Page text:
Peter James Huia Howden, who celebrated his 90th birthday last month, has had a love affair with the game of golf, which goes back well over 70 years. Mind you this is not surprising when we examine his family background.
As might be expected the birthplace of golf in New Zealand was the Scottish settlement of Otago.
While there were a few sporadic attempts at starting the sport in the 1860s, it didn't really get under way until Charles Ritchie Howden, the elder brother of Peter's grandfather, inspired the establishment of golf on a regular basis, thus earning the title of the "Father of NZ Golf".
In 1871, under C.R. Howden's chairmanship the Dunedin Golf Club was set up with an initial membership of 28, a list that contains names of men who were to figure highly in the development of Otago and New Zealand.
A nine-hole course was laid out close by the Mornington Hotel, an essential base for the new club, with the limited supply of golf clubs held for safe keeping there. Unfortunately when Charles Howden went back to Scotland on business, the pub changed hands, and the new publican, not knowing anything about golf, used the precious clubs as kindling wood.
However, despite this setback the seeds had been sown, although it was not until the early 1880s that organised golf really began to flourish in Dunedin. Incidentally C.R. Howden can also claim to be the first to establish another true Scottish activity in this country ? whisky distilling. Using a recipe from his native land, he began a flourishing industry in Dunedin in the 1870s. Unfortunately, Julius Vogel's great railway expansion programme of the 1870s, was heavily backed by The Bank of Scotland, who did not look kindly on the growing popularity of a colonial competitor for their own Scottish whisky. The bank brought pressure to bear on the NZ Government and the Ritchie Distillery was forced to close ? a pity, as it was described as a very flavourable product.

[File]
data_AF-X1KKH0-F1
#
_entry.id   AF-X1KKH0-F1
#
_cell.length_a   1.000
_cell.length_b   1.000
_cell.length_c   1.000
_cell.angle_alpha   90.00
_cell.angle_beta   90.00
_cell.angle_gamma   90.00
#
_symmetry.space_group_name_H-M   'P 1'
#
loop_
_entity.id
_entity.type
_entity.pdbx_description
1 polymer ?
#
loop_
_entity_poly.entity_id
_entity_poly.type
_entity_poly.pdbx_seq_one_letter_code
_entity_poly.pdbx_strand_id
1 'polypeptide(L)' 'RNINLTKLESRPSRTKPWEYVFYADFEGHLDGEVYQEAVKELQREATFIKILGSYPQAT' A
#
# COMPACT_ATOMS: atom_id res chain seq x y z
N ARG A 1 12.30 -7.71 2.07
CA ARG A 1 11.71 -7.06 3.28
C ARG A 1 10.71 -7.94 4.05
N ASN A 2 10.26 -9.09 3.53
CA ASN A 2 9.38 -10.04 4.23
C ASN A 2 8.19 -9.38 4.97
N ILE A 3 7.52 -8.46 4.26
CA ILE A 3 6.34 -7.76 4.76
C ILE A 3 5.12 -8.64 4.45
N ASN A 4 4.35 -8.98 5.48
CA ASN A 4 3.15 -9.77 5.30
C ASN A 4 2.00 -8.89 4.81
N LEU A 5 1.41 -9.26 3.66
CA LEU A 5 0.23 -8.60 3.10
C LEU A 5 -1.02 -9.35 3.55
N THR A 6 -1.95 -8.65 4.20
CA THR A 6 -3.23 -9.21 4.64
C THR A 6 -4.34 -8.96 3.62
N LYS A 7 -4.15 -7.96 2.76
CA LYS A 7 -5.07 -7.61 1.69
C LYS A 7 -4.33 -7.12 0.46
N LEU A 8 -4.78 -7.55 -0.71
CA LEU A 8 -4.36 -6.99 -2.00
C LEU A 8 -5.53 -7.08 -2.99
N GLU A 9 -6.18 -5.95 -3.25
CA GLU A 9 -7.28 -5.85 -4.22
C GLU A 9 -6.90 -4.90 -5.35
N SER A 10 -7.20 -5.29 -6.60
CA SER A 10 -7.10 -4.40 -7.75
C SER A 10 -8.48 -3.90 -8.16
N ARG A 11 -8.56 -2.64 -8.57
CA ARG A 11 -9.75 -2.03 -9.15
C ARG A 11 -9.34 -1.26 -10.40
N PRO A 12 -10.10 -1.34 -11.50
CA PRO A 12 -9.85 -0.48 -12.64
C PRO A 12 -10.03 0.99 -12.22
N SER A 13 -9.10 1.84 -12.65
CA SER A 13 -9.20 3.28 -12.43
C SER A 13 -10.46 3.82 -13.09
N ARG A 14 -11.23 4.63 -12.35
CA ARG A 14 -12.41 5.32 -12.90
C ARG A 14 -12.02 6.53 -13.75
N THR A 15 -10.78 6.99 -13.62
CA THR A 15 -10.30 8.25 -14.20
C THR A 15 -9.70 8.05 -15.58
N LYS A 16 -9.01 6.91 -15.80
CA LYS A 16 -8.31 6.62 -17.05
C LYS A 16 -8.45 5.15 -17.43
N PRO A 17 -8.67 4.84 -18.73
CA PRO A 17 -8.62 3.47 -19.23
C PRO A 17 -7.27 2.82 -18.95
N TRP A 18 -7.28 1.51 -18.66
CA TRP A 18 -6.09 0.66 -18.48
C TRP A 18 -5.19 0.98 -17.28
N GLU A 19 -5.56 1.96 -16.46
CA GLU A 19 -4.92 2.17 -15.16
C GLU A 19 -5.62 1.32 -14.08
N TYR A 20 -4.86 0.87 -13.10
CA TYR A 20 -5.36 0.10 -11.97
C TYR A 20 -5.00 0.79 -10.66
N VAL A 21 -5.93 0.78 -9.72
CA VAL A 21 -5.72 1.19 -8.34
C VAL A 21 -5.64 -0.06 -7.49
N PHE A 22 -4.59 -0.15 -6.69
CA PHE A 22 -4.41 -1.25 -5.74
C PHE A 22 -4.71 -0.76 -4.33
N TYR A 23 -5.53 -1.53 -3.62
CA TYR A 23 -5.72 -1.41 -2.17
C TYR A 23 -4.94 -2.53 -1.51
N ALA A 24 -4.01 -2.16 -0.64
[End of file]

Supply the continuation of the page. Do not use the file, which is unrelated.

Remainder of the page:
Although his story is not quite so romantic as that of his older brother, David Brown Howden, Peter's grandfather, had a large part in the establishment of the Hutt Golf Club. D.B. Howden, who had played in Dunedin in the 1870s, convened a meeting in his house in June 1892, from which sprang the new club. Howden was elected the first Captain, membership was closed at 31 and subscriptions were set at 10/6 ($1.05). Incidentally 15 ladies were accepted soon after, when subscriptions were increased to a guinea ($2.10).
Peter Howden was born in Wellington on March 23, 1917, but he never saw his father, who was killed in October 1917, in the carnage of the Battle of Passchendaele. Fortunately, letters from the Western Front, from her husband, were retained by Peter's mother. They have recently been included as part of a book, The Great Adventure, edited by historian Jock Phillips about World War I, and paint a poignant picture of a family separated forever by a senseless war.
Peter spent his early years in Karori with his mother's family, but when his mother remarried in the early 1920s, he moved with her to Wanganui, where his step-father had a medical practice. Peter describes his stepfather as fair and kind but firm, as could be expected in those days.
He went to primary school in the Wanganui area, but then spent four years, 1931 to 1935, at Christs College in Christchurch, where he took part in the usual sports of tennis and cricket.
Leaving secondary school he started his working career as a junior in the BNZ, Wanganui. His yearly salary was ?60 ($120) which was quickly reduced to ?55 by the bank, who claimed at that stage, to be "broke".
It was in Wanganui that Peter experienced his first real taste of the game that was to dominate his sporting life. He began playing at the Wanganui Golf Club at Belmont, but it was his decision to receive lessons from the resident professional, that was to have a profound influence over his ability in the sport. The ?2 he spent on 10 lessons was nearly two weeks wages, but under the professional's expert tuition, Peter developed a smooth swing, which was to stand him in good stead, for the next 70 years.